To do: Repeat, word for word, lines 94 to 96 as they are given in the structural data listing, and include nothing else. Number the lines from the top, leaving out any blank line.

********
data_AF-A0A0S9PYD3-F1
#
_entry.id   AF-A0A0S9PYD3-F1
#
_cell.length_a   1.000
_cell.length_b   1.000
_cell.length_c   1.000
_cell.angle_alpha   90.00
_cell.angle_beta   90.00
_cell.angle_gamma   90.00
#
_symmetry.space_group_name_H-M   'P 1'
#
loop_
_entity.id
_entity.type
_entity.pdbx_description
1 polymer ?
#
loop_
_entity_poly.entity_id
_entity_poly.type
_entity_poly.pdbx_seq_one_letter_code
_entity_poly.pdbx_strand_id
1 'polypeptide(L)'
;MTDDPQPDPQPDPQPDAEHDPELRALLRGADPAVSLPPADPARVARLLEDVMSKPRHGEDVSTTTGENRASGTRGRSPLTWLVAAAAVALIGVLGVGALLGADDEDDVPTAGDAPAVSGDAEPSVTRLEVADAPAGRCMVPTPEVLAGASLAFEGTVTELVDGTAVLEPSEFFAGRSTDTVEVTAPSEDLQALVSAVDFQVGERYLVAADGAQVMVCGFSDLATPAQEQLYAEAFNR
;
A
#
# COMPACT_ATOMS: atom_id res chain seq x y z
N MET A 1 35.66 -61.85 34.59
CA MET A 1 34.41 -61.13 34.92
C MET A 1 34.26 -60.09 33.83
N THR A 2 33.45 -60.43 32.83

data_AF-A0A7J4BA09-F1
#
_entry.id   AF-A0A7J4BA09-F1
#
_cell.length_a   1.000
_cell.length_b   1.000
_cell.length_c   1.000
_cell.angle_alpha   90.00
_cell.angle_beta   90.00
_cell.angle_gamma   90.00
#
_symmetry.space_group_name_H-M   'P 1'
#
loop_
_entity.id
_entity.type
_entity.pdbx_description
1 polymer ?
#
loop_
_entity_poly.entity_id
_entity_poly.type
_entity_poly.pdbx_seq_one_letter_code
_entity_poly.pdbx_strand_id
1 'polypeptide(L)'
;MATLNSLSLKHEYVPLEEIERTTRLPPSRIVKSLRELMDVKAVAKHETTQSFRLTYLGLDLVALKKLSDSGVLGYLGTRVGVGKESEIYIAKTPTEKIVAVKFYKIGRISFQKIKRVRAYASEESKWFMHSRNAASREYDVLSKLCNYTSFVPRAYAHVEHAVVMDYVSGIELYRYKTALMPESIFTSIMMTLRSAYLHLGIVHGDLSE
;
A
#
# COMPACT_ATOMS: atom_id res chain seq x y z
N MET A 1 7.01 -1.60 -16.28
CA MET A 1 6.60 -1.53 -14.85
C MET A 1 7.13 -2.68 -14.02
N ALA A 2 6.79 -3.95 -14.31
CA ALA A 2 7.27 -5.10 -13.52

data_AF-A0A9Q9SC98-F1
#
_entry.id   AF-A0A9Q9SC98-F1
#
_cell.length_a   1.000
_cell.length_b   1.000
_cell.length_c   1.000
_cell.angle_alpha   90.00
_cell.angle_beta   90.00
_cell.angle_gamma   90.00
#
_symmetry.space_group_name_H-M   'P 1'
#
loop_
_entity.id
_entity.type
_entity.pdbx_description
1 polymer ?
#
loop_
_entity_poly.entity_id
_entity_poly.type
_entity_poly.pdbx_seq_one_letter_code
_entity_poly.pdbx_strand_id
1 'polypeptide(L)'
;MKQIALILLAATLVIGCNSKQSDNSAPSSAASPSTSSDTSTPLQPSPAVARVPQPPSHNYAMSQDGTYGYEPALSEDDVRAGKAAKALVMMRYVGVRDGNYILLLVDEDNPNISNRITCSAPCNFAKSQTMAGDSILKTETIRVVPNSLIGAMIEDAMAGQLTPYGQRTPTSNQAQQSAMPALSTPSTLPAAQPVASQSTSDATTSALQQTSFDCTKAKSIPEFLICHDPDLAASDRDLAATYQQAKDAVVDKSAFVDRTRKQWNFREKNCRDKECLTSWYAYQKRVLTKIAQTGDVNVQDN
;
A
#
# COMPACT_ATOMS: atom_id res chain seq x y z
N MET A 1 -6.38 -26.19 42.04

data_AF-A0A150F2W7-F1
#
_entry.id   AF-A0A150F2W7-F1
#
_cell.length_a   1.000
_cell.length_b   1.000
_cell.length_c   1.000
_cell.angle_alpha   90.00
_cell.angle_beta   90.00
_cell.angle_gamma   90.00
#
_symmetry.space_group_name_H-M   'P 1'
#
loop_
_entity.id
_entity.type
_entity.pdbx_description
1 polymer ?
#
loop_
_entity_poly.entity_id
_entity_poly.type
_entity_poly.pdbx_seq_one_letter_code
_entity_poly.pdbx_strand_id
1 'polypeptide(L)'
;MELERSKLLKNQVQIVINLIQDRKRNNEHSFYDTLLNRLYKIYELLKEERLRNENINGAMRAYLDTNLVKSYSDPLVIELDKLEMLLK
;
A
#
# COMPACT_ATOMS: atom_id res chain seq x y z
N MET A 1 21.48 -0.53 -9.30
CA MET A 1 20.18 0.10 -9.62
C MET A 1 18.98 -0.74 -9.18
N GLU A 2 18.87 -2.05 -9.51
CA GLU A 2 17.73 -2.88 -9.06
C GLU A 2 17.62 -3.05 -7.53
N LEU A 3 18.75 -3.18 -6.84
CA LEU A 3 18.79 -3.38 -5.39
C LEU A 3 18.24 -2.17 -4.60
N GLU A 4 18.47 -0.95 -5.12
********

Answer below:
1 'polypeptide(L)'
;MKQIALILLAATLVIGCNSKQSDNSAPSSAASPSTSSDTSTPLQPSPAVARVPQPPSHNYAMSQDGTYGYEPALSEDDVRAGKAAKALVMMRYVGVRDGNYILLLVDEDNPNISNRITCSAPCNFAKSQTMAGDSILKTETIRVVPNSLIGAMIEDAMAGQLTPYGQRTPTSNQAQQSAMPALSTPSTLPAAQPVASQSTSDATTSALQQTSFDCTKAKSIPEFLICHDPDLAASDRDLAATYQQAKDAVVDKSAFVDRTRKQWNFREKNCRDKECLTSWYAYQKRVLTKIAQTGDVNVQDN
;